In a country where scoring one run in the first inning is considered a decisive blow and Opening Day of a 144-game season is the focus of attention--the time to be prepared--winning Game 1 of the Japan Series should be a big deal.
"It's a short championship series, so winning the first one is critical," Chiba Lotte Marines manager Norifumi Nishimura said Friday.
In the first 60 Series, the opener has gone to the eventual champion 38 times, the Series loser has won 20 Game 1s and there have been two ties.
Yet, Dragons catcher Motonobu Tanishige wasn't giving Game 1 special billing.
"The first game isn't any more important than the others," Tanishige, a four-time Series veteran. "They're all important.
"It's better to score in the first inning of a game than not. The point is not to fall way behind. Teams can come from behind. In the same way, you can win the first game of the Series and lose four straight."
Tanishige knows about that. In the Dragons' last two series appearances (in 2006 when they lost and '07 when they won), the home team won Game 1 but crashed out in five games.
On Friday, Chunichi manager Hiromitsu Ochiai was questioned about the home field advantage.
"I haven't thought about it," he said.
When asked what it meant to have Game 1 at home, Ochiai had the same answer.
"We would do well not to dwell on the potential benefits of the home-field edge in the Series. If it exists, it hasn't helped much."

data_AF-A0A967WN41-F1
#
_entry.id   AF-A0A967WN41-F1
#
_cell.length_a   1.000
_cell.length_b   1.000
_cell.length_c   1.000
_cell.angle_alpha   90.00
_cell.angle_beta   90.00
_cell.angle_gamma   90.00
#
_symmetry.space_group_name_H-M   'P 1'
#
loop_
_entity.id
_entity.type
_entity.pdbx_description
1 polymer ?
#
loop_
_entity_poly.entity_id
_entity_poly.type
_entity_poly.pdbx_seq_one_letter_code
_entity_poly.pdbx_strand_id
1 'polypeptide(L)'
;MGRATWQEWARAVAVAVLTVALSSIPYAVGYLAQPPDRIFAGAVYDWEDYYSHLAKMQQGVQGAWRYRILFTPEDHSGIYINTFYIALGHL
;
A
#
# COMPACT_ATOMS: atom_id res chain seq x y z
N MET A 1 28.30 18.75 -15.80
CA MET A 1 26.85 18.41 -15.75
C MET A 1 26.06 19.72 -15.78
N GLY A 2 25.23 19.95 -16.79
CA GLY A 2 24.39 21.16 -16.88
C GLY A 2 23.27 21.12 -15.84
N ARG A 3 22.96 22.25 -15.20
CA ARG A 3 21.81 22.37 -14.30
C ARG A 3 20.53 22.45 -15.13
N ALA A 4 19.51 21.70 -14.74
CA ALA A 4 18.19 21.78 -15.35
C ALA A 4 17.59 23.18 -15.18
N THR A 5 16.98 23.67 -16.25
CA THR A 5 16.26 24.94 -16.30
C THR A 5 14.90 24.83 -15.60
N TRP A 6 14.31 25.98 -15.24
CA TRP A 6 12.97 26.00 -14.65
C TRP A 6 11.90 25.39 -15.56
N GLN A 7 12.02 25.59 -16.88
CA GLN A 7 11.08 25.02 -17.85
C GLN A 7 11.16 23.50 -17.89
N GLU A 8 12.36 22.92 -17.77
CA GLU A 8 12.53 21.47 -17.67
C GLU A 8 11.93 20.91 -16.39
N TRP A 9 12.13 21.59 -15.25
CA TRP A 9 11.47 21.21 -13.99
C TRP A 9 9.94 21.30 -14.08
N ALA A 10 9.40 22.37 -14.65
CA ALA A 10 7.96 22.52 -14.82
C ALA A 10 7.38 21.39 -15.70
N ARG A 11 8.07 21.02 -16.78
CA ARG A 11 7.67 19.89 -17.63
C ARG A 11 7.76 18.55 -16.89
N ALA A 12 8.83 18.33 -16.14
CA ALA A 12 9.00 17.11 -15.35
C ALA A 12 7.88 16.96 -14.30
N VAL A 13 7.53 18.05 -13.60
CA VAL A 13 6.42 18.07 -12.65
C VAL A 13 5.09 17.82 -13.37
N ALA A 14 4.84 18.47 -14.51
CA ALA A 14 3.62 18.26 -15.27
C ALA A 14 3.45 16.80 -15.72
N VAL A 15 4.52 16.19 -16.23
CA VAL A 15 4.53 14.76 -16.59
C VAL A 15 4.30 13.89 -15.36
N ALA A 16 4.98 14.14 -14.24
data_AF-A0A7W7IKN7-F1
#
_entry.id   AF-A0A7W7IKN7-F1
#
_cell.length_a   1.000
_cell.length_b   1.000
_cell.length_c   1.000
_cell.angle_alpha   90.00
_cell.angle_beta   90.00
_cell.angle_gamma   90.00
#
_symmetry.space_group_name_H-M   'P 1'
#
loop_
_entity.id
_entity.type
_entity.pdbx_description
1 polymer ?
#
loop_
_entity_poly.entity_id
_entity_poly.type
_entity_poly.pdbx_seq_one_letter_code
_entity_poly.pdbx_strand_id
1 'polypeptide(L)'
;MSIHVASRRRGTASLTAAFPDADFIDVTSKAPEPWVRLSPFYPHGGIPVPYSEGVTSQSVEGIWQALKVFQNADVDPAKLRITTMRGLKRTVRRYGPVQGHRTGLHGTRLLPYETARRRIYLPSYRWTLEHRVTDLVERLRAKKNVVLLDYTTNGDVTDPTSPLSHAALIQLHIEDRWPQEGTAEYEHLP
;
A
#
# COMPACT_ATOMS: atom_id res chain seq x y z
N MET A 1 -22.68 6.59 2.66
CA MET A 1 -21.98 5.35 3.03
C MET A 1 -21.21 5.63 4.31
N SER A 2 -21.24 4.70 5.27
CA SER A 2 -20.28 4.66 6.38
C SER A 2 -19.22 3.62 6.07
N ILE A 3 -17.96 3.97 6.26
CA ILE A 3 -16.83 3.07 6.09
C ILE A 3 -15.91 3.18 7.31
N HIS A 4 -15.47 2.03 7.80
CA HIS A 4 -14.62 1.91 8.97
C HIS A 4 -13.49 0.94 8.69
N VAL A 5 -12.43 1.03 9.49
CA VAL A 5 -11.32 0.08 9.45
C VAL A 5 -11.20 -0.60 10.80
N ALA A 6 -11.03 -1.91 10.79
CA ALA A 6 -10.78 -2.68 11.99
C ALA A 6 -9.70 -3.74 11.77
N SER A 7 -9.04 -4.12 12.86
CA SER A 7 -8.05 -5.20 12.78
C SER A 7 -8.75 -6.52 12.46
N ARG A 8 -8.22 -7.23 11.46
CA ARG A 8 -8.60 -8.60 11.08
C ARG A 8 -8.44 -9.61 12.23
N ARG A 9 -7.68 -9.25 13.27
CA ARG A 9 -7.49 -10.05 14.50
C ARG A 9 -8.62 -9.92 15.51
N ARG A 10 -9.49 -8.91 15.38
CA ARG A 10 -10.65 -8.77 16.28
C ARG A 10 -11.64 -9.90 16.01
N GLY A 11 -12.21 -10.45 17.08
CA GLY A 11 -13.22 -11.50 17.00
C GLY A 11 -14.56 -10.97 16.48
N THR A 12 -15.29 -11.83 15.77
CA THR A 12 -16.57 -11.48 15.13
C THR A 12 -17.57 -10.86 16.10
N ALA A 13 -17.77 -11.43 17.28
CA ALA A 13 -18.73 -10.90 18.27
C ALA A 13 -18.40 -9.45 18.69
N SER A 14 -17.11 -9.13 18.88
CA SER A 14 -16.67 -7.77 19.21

The team with the home-field advantage is 24-34. In two Series, there was no home field to speak of. The first Series, in 1950, was played in six stadiums around the country, while the 1982 Yomiuri Giants and Nippon Ham Fighters shared Korakuen Stadium and the teams switched locker rooms.
The Dragons' fate has been to play mostly in even-numbered years, when the Central League team hosts Game 1. They won in 1954, but lost in '72, '82 and '88 despite an ostensible home-field edge. Chunichi lost at home after splitting the first two games of the '99 Series on the road.
The last team to win a Series it started at home was the 2005 Marines.
Blanco mans up
Dragons first baseman Tony Blanco is still suffering the effects of a finger he jammed on the bases in September.
"It's hard to concentrate. I have to compromise," said Blanco, who last played for a championship team in 2004 with the Licey Tigers in the Dominican Republic. "I take a [pain] pill and play.
"It's a man's job. It hurts but you've got to do your job."